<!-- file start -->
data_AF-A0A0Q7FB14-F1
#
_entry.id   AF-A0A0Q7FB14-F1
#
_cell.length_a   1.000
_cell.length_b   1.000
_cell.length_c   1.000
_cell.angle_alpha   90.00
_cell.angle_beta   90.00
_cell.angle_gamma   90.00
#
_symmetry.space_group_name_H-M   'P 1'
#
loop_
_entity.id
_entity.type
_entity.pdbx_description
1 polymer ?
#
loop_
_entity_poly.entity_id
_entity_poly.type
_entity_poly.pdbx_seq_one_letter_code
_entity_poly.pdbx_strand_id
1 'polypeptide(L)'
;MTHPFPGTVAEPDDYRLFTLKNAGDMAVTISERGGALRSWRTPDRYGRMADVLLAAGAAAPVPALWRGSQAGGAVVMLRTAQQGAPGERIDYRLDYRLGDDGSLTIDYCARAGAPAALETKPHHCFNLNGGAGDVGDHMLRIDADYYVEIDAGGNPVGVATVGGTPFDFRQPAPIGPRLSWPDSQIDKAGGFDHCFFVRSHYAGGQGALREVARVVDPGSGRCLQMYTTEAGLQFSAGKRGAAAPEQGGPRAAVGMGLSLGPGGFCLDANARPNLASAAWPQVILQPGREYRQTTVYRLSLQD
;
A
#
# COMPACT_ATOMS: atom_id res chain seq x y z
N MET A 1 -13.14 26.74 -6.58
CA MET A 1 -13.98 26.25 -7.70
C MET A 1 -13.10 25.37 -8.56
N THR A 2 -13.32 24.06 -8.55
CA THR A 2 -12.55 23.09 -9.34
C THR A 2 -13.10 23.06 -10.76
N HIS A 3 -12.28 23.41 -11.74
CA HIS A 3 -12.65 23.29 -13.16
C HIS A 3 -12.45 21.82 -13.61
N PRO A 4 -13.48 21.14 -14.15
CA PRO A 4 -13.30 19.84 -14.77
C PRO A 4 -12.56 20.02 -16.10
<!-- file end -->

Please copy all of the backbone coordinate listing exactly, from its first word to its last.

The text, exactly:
data_AF-A0A0Q7FB14-F1
#
_entry.id   AF-A0A0Q7FB14-F1
#
_cell.length_a   1.000
_cell.length_b   1.000
_cell.length_c   1.000
_cell.angle_alpha   90.00
_cell.angle_beta   90.00
_cell.angle_gamma   90.00
#
_symmetry.space_group_name_H-M   'P 1'
#
loop_
_entity.id
_entity.type
_entity.pdbx_description
1 polymer ?
#
loop_
_entity_poly.entity_id
_entity_poly.type
_entity_poly.pdbx_seq_one_letter_code
_entity_poly.pdbx_strand_id
1 'polypeptide(L)'
;MTHPFPGTVAEPDDYRLFTLKNAGDMAVTISERGGALRSWRTPDRYGRMADVLLAAGAAAPVPALWRGSQAGGAVVMLRTAQQGAPGERIDYRLDYRLGDDGSLTIDYCARAGAPAALETKPHHCFNLNGGAGDVGDHMLRIDADYYVEIDAGGNPVGVATVGGTPFDFRQPAPIGPRLSWPDSQIDKAGGFDHCFFVRSHYAGGQGALREVARVVDPGSGRCLQMYTTEAGLQFSAGKRGAAAPEQGGPRAAVGMGLSLGPGGFCLDANARPNLASAAWPQVILQPGREYRQTTVYRLSLQD
;
A
#
# COMPACT_ATOMS: atom_id res chain seq x y z
N MET A 1 -13.14 26.74 -6.58
CA MET A 1 -13.98 26.25 -7.70
C MET A 1 -13.10 25.37 -8.56
N THR A 2 -13.32 24.06 -8.55
CA THR A 2 -12.55 23.09 -9.34
C THR A 2 -13.10 23.06 -10.76
N HIS A 3 -12.28 23.41 -11.74
CA HIS A 3 -12.65 23.29 -13.16
C HIS A 3 -12.45 21.82 -13.61
N PRO A 4 -13.48 21.14 -14.15
CA PRO A 4 -13.30 19.84 -14.77
C PRO A 4 -12.56 20.02 -16.10